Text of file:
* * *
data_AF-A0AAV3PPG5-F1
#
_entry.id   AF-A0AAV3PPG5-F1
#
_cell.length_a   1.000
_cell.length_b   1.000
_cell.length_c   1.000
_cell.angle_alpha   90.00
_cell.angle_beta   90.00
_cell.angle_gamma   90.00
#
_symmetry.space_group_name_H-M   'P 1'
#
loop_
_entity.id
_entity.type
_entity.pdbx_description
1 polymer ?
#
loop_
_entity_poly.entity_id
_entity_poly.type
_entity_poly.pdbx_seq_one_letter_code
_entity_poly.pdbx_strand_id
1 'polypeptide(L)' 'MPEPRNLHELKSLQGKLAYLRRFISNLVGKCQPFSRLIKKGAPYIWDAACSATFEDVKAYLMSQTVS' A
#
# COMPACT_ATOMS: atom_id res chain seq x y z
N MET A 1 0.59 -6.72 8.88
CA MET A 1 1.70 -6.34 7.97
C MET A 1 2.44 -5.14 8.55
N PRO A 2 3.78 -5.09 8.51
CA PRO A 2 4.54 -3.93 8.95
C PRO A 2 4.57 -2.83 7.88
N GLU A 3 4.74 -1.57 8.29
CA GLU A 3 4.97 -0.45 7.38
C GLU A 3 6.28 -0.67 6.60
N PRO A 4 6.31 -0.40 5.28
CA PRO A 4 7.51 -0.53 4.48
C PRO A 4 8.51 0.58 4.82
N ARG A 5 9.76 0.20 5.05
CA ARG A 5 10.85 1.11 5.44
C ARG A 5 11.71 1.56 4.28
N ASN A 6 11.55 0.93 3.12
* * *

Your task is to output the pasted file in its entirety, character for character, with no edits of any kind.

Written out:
data_AF-A0AAV3PPG5-F1
#
_entry.id   AF-A0AAV3PPG5-F1
#
_cell.length_a   1.000
_cell.length_b   1.000
_cell.length_c   1.000
_cell.angle_alpha   90.00
_cell.angle_beta   90.00
_cell.angle_gamma   90.00
#
_symmetry.space_group_name_H-M   'P 1'
#
loop_
_entity.id
_entity.type
_entity.pdbx_description
1 polymer ?
#
loop_
_entity_poly.entity_id
_entity_poly.type
_entity_poly.pdbx_seq_one_letter_code
_entity_poly.pdbx_strand_id
1 'polypeptide(L)' 'MPEPRNLHELKSLQGKLAYLRRFISNLVGKCQPFSRLIKKGAPYIWDAACSATFEDVKAYLMSQTVS' A
#
# COMPACT_ATOMS: atom_id res chain seq x y z
N MET A 1 0.59 -6.72 8.88
CA MET A 1 1.70 -6.34 7.97
C MET A 1 2.44 -5.14 8.55
N PRO A 2 3.78 -5.09 8.51
CA PRO A 2 4.54 -3.93 8.95
C PRO A 2 4.57 -2.83 7.88
N GLU A 3 4.74 -1.57 8.29
CA GLU A 3 4.97 -0.45 7.38
C GLU A 3 6.28 -0.67 6.60
N PRO A 4 6.31 -0.40 5.28
CA PRO A 4 7.51 -0.53 4.48
C PRO A 4 8.51 0.58 4.82
N ARG A 5 9.76 0.20 5.05
CA ARG A 5 10.85 1.11 5.44
C ARG A 5 11.71 1.56 4.28
N ASN A 6 11.55 0.93 3.12